Doorknock Dinners


Though I find Gordon Elliott thoroughly irritating, I like the idea behind his show, Doorknock Dinners. The basic premise is taking what you already have and creating something that’s better than the sum of its parts. To a very great degree the same can be done when deploying information management solutions.

Far too many organizations don’t understand what they have in their cupboards. So off they go and procure some massively expensive ECM tools and then try and build out an Enterprise grade solution and fall flat on their faces. This is exacerbated, in many cases, by not having an understanding of what the end result is even supposed to look like and by not knowing what internal capabilities (skills & tools) they already possess.

I was having lunch yesterday with some guys that are in the early stages of a project to implement physical records management. They identified some issues related to manually loading records metadata into the tool they had recently acquired. The issues include:

  1. Users don’t like the UI of the new tool;
  2. Remote users sometimes get disconnected and don’t know which was the last successful transaction;
  3. Some remote users work on a different cycle.

The initial thinking on the part of management was to spend time and effort to build an application solely to allow users to input the metadata (in real-time) and be assured that what they entered actually got in. My lunch companions didn’t give me hard numbers, but my guess is that the estimates came out to around 4-6 weeks of full-time effort for a consultant to build this tool. In addition to building the custom tool, effort would be required every time there was a patch or upgrade to the tool they had recently purchased.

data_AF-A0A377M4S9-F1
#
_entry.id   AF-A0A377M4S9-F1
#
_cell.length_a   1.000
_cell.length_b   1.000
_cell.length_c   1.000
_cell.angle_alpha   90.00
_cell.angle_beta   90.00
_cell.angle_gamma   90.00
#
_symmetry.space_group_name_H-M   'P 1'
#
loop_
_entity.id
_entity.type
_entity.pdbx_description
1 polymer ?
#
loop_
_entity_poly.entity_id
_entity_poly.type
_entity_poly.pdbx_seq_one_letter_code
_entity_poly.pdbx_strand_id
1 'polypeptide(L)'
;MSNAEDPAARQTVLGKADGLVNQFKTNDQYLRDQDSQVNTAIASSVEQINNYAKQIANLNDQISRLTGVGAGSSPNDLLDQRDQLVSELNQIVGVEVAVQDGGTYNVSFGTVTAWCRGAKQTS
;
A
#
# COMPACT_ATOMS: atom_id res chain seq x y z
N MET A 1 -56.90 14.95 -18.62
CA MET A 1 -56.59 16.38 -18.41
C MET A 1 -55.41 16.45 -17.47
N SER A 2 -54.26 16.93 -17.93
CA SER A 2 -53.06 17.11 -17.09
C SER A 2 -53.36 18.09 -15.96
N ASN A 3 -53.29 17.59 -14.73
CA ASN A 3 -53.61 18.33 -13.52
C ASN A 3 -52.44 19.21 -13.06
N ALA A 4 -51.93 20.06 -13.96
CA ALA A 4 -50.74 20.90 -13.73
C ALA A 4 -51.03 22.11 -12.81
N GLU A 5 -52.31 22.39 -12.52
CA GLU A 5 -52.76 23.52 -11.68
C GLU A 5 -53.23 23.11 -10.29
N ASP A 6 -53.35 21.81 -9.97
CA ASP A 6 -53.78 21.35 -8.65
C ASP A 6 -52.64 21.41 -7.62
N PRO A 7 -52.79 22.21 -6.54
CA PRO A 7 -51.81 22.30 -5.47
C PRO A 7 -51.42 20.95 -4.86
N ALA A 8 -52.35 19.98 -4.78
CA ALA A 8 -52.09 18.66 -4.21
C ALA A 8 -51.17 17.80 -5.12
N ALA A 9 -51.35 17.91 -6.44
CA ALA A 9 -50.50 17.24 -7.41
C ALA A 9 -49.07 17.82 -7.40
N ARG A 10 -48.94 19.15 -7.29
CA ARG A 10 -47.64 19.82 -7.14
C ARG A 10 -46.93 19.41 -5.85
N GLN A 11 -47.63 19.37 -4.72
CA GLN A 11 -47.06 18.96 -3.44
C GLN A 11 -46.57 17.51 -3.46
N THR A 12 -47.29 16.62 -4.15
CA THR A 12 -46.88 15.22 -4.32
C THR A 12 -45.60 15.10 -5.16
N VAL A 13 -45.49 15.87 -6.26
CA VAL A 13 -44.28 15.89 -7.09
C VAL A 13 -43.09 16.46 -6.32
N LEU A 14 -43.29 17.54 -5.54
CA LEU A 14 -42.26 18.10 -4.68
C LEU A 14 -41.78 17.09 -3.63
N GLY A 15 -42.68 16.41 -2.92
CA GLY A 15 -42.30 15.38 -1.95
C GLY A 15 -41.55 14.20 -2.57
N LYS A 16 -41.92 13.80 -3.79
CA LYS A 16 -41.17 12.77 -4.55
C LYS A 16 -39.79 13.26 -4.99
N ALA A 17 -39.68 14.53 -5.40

My question to them was simply “How are you capturing metadata today?” As it turns out they already have a db tool that they use to capture the metadata. The tool works and is accepted by the users. They have the skills in-house to modify and maintain the tool. The new RM tool has batch loading capabilities. Their current tool can output metadata batches which can be loaded into the new tool. The incremental effort to modify their current tool and test the batch loading would be less than one week with no external consulting required. Any updates/patches/upgrades to the tool they recently purchased would have zero impact.

My point is that it’s all well and good to go out and buy new tools and engage consultants. Before you do so, however, understand what your current capabilities are.

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